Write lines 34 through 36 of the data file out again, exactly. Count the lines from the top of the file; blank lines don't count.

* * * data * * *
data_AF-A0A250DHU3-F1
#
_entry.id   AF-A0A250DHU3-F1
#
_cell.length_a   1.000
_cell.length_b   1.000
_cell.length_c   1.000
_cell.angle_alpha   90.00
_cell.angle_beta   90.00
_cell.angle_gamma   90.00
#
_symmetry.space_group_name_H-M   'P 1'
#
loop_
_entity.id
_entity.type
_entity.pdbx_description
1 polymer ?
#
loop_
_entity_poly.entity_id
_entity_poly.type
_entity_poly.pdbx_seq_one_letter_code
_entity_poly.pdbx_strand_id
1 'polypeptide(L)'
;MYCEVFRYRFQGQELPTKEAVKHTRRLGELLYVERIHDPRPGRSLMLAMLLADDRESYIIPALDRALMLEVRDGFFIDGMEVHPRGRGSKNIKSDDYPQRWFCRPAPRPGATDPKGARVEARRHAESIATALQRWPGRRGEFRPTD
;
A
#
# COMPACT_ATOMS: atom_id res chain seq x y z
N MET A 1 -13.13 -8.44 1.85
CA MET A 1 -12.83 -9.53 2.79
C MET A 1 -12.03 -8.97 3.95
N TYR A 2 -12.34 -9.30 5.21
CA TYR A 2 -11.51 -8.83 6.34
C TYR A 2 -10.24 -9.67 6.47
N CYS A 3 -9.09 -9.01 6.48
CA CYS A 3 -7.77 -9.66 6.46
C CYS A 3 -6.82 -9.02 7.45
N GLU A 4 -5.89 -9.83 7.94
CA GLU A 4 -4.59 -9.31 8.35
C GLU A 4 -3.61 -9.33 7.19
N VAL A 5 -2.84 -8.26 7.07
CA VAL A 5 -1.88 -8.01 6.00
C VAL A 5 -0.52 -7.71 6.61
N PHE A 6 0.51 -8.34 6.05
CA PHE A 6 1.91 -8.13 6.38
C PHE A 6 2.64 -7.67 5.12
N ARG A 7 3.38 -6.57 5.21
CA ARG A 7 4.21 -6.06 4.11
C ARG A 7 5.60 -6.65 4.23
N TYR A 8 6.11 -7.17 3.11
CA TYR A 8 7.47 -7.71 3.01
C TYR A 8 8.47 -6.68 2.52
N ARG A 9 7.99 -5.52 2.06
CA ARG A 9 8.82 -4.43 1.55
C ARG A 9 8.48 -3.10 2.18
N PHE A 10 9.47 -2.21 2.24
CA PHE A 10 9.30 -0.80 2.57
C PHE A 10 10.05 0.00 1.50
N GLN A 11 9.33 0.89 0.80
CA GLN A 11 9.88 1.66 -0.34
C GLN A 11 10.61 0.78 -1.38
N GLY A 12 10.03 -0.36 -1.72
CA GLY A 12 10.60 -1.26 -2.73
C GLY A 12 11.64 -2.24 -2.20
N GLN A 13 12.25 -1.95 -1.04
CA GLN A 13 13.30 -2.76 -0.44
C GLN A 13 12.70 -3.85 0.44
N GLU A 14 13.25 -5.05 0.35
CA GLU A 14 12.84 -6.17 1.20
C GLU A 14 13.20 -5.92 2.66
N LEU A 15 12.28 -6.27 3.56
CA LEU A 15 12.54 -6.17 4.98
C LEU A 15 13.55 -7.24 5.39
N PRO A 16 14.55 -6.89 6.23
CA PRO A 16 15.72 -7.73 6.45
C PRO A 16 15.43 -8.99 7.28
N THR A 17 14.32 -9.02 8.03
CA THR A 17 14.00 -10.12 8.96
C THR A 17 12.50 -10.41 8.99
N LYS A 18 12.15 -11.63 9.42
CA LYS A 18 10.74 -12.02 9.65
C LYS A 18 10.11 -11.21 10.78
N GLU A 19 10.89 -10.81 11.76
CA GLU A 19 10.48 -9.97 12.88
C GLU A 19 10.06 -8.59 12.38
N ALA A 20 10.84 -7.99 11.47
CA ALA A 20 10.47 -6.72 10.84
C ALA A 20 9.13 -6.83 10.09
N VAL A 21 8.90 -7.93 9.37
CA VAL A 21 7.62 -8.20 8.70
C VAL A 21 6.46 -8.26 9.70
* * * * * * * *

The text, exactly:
N TYR A 2 -12.34 -9.30 5.21
CA TYR A 2 -11.51 -8.83 6.34
C TYR A 2 -10.24 -9.67 6.47